Tapas anyone?


I just love this time of year. The warm days and cool nights are a refreshing treat after some of those hot days of summer. However, what I really love about this time of year is the wonderful and abundant array of vegetables available at the farm and farmer’s markets. I get excited about canning some of those lovely vegetables and fruits in preparation for winter: Salsa …done, Peaches…done, Corn…done, applesauce…not yet! I also love experimenting in the kitchen with what’s in season and reminding myself of those recipes that I haven’t wanted to cook because it was just too hot. It is also a great time of year to share the abundance with friends. Picnics are great in the summer, but now it is time to change up the menu and do something different. Why not invite some friends over to enjoy the nice weather and do a tapas party. What are tapas? Tapas are the Spanish way of serving many small, flavorful courses to help satisfy your hunger while preventing overeating. Here are some recipes to get you started. The first two recipes are great served with cut-up vegetables or crackers. Easy finger foods to get the party started! The last recipe is a nice way to round out the meal with something sweet but healthy. The in between courses are left to your imagination. Bon Appétit!


Hiziki Pate

I love this recipe. Cynthia Lair introduced this recipe in my Whole Foods Cooking Class when I was at Bastyr University in Seattle, Washington. It is a wonderful way to sneak seaweed into your friends diet. Adults and kids alike will love it. Just wait until the end of the party to tell them what is in it!

1 c. Hiziki

1 1/2 c. apple juice

1 tsp. tamari

1/4 c. sesame seeds, toasted, then ground

1/2 pound firm tofu, crumbled with a fork

2 Tbs. light or white miso

1/2 bunch parsley, finely chopped

2 scallions, thinly sliced

Soak hiziki in water for 5 minutes and chop fine. Put hiziki in a medium-sized pan and add 1 1/2 c. apple juice or less – just enough to completely cover the hiziki. Bring to a simmer. Cover and cook until all apple juice is absorbed, about 20 minutes. Toward end of cooking time, season hiziki with tamari.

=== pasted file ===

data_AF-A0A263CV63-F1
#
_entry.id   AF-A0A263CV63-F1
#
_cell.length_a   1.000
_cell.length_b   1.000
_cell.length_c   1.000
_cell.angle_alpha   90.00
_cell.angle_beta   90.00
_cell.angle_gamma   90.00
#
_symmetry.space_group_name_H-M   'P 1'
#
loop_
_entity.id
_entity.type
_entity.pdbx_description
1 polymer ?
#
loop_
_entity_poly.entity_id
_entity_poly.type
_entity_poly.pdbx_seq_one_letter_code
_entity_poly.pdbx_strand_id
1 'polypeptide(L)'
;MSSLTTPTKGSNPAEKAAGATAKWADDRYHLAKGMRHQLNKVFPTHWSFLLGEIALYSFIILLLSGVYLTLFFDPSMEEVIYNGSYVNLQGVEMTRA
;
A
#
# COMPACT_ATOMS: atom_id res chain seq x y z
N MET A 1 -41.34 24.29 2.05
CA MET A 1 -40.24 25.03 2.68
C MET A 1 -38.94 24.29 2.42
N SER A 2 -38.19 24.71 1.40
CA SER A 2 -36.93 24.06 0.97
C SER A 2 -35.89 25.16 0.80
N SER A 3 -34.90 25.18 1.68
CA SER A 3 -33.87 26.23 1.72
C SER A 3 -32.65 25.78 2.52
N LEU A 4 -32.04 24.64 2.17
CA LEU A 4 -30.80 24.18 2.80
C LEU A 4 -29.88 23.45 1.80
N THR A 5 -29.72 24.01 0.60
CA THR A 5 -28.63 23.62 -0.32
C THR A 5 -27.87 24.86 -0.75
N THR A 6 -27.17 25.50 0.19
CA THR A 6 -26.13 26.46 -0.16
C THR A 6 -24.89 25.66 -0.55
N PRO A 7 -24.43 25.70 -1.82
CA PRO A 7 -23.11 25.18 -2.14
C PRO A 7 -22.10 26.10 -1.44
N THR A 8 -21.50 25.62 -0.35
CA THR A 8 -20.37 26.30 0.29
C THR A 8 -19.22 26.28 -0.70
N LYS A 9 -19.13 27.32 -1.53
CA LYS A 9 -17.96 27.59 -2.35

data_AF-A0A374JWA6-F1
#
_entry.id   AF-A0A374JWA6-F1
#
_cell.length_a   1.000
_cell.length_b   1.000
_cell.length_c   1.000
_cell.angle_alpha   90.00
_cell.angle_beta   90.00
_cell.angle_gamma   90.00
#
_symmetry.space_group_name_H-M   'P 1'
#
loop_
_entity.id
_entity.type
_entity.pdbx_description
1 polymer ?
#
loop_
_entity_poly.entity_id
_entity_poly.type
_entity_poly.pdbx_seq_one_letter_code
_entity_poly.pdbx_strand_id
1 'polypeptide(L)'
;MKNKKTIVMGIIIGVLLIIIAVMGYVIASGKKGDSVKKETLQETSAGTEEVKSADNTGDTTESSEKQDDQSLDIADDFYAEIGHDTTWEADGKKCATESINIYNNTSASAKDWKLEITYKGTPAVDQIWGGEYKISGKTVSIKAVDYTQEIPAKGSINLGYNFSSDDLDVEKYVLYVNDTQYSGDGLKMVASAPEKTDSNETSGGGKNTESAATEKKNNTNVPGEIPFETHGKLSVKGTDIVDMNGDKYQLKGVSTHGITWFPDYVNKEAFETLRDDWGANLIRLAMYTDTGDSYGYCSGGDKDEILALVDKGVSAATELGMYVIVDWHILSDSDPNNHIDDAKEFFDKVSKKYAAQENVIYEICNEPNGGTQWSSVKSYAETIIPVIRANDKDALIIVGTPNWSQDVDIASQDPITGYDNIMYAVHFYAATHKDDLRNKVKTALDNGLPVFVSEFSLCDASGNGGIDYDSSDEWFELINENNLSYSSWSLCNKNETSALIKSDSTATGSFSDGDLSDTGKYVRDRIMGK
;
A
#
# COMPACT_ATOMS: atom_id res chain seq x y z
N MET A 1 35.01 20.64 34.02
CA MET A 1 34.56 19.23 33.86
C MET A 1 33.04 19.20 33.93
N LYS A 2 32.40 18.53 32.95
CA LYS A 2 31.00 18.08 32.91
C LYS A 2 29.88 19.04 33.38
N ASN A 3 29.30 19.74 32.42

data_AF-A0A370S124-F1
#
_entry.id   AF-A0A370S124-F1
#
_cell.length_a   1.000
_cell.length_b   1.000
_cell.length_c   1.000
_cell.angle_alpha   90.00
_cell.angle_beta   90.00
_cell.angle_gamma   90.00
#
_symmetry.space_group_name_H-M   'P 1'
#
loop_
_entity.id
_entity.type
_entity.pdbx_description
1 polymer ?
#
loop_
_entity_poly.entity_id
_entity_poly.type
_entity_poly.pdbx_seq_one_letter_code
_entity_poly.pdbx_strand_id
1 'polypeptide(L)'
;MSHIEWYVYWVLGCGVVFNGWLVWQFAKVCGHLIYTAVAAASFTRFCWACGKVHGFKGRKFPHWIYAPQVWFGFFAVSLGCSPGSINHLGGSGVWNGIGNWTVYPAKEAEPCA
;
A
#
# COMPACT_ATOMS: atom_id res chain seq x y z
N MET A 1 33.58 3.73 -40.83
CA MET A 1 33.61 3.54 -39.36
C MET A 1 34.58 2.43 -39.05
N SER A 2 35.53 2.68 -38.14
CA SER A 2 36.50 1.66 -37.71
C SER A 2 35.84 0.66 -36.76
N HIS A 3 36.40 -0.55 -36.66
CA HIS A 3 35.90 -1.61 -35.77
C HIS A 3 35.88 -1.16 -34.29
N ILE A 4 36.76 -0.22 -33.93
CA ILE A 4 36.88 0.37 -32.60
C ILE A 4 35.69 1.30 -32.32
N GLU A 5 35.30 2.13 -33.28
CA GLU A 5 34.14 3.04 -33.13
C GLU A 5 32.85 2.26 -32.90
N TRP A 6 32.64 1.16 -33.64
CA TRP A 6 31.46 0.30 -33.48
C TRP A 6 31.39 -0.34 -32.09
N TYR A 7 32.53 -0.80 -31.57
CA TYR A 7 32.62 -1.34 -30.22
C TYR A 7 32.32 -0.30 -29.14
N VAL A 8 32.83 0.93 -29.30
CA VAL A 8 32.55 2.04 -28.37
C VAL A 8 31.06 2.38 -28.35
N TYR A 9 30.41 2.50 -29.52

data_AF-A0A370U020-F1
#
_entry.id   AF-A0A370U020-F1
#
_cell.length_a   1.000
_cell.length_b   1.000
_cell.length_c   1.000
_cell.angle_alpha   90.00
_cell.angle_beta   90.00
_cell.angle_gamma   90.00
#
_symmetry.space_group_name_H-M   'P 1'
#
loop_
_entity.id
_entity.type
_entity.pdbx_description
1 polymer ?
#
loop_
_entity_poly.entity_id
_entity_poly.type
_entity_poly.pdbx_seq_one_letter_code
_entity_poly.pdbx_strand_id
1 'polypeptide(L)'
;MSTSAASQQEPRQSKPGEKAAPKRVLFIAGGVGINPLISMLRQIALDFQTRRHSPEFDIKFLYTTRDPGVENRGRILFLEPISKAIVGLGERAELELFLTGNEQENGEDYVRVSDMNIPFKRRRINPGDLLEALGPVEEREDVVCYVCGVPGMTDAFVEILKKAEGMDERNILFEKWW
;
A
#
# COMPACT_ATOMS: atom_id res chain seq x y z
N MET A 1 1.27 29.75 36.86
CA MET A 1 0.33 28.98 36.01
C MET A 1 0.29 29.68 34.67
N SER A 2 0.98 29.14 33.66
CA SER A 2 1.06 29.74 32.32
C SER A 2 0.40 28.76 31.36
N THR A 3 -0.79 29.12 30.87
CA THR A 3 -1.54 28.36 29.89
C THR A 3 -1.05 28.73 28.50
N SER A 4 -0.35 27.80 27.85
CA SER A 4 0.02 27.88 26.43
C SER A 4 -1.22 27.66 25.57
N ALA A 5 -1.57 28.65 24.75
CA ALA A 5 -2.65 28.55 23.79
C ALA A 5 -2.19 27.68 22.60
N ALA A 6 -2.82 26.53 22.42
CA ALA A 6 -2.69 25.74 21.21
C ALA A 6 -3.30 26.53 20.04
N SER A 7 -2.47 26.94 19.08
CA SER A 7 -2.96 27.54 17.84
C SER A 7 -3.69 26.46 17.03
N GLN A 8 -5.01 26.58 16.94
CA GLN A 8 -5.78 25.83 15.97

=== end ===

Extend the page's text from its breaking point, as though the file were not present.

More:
While hiziki is cooking, prepare other ingredients. Sesame seeds can be toasted in a skillet on the stove for several minutes, then ground. Gently mix tofu, sesame seeds, miso, parsley, and scallions together in a bowl. Let the hiziki cool and then add to the mixture. Serve with whole grain crackers, bread, or as a side dish. Will keep in the refrigerator for 3 days.

From: Feeding the Whole Family by Cynthia Lair


Lentil-Walnut Spread

3/4 c. lentils, rinsed                                              1 c. finely minced arugula, spinach or watercress

1/4-c. walnut halves                                            3 Tbs. broth

1 Tbs. flax oil or olive                                         1/4 tsp. ground cumin

1 small clove garlic                                              1/8 tsp. ground coriander

1/2 tsp. salt

Combine lentils with 1 1/2-c. water and cook until tender and water is absorbed-35-40 minutes. Drain and transfer to a small bowl. In food processor, process walnuts and oil to a smooth paste. With a rubber spatula, scrape mixture into a bowl with lentils. Mash to paste with fork. Mash garlic and 1/4 tsp. salt together and add to lentil mixture along with arugula, broth, cumin, coriander and remaining salt. Cover and refrigerate up to 4 days.


Carob Fudge

This is another recipe that I learned while at school. My friend was requested to bring this to all of our potlucks. People will never know that it is not chocolate.

1 c. honey or brown rice syrup

1 c. natural peanut butter or almond butter

1 c. carob powder

3/4 c. raw sunflower seeds

1/2 c. coconut

1/2 c. walnuts

1/2 c. raisins

Greese an 8” square baking dish. In a large saucepan, heat honey and peanut butter; stirring until smooth. Remove from heat and mix in carob. Stir in remaining ingredients. Spread in baking dish. Chill at least 3 hours.

Recipe modification: use 1/2 c. tahini and 1/2 c. peanut butter

Published by acunut

Acupuncturist, Nutritionist and co-director of Wellspring Holistic Center with Anita Bondi

%d bloggers like this: